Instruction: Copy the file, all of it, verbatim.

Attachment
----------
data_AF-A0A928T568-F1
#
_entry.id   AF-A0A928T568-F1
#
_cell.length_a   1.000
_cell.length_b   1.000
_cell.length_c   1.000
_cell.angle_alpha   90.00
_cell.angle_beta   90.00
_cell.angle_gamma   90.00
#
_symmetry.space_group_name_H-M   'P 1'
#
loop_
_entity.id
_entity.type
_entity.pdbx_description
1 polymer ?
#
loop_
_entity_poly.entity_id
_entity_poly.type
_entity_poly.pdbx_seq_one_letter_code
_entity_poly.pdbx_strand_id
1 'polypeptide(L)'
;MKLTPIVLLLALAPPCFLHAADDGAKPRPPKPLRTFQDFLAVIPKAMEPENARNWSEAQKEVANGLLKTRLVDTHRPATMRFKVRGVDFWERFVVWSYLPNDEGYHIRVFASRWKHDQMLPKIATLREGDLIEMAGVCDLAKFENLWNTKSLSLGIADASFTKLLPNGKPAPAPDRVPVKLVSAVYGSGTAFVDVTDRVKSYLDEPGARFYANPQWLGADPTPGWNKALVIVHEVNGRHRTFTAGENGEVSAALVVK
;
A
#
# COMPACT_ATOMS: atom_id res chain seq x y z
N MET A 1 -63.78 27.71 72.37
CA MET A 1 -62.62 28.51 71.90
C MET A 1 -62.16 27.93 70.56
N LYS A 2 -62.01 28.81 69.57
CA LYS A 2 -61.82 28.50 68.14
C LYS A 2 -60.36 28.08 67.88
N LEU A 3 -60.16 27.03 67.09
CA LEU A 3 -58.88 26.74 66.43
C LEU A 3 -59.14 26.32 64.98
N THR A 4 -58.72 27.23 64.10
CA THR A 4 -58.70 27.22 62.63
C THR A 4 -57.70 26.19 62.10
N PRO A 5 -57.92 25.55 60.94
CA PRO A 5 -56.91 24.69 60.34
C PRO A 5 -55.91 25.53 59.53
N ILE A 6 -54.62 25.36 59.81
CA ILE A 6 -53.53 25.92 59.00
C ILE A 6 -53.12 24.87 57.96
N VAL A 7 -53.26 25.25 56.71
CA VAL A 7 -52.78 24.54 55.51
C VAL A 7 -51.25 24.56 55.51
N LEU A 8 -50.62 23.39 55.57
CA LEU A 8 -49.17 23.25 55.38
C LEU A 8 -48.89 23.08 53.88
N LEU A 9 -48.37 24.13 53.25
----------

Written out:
data_AF-A0A928T568-F1
#
_entry.id   AF-A0A928T568-F1
#
_cell.length_a   1.000
_cell.length_b   1.000
_cell.length_c   1.000
_cell.angle_alpha   90.00
_cell.angle_beta   90.00
_cell.angle_gamma   90.00
#
_symmetry.space_group_name_H-M   'P 1'
#
loop_
_entity.id
_entity.type
_entity.pdbx_description
1 polymer ?
#
loop_
_entity_poly.entity_id
_entity_poly.type
_entity_poly.pdbx_seq_one_letter_code
_entity_poly.pdbx_strand_id
1 'polypeptide(L)'
;MKLTPIVLLLALAPPCFLHAADDGAKPRPPKPLRTFQDFLAVIPKAMEPENARNWSEAQKEVANGLLKTRLVDTHRPATMRFKVRGVDFWERFVVWSYLPNDEGYHIRVFASRWKHDQMLPKIATLREGDLIEMAGVCDLAKFENLWNTKSLSLGIADASFTKLLPNGKPAPAPDRVPVKLVSAVYGSGTAFVDVTDRVKSYLDEPGARFYANPQWLGADPTPGWNKALVIVHEVNGRHRTFTAGENGEVSAALVVK
;
A
#
# COMPACT_ATOMS: atom_id res chain seq x y z
N MET A 1 -63.78 27.71 72.37
CA MET A 1 -62.62 28.51 71.90
C MET A 1 -62.16 27.93 70.56
N LYS A 2 -62.01 28.81 69.57
CA LYS A 2 -61.82 28.50 68.14
C LYS A 2 -60.36 28.08 67.88
N LEU A 3 -60.16 27.03 67.09
CA LEU A 3 -58.88 26.74 66.43
C LEU A 3 -59.14 26.32 64.98
N THR A 4 -58.72 27.23 64.10
CA THR A 4 -58.70 27.22 62.63
C THR A 4 -57.70 26.19 62.10
N PRO A 5 -57.92 25.55 60.94
CA PRO A 5 -56.91 24.69 60.34
C PRO A 5 -55.91 25.53 59.53
N ILE A 6 -54.62 25.36 59.81
CA ILE A 6 -53.53 25.92 59.00
C ILE A 6 -53.12 24.87 57.96
N VAL A 7 -53.26 25.25 56.71
CA VAL A 7 -52.78 24.54 55.51
C VAL A 7 -51.25 24.56 55.51
N LEU A 8 -50.62 23.39 55.57
CA LEU A 8 -49.17 23.25 55.38
C LEU A 8 -48.89 23.08 53.88
N LEU A 9 -48.37 24.13 53.25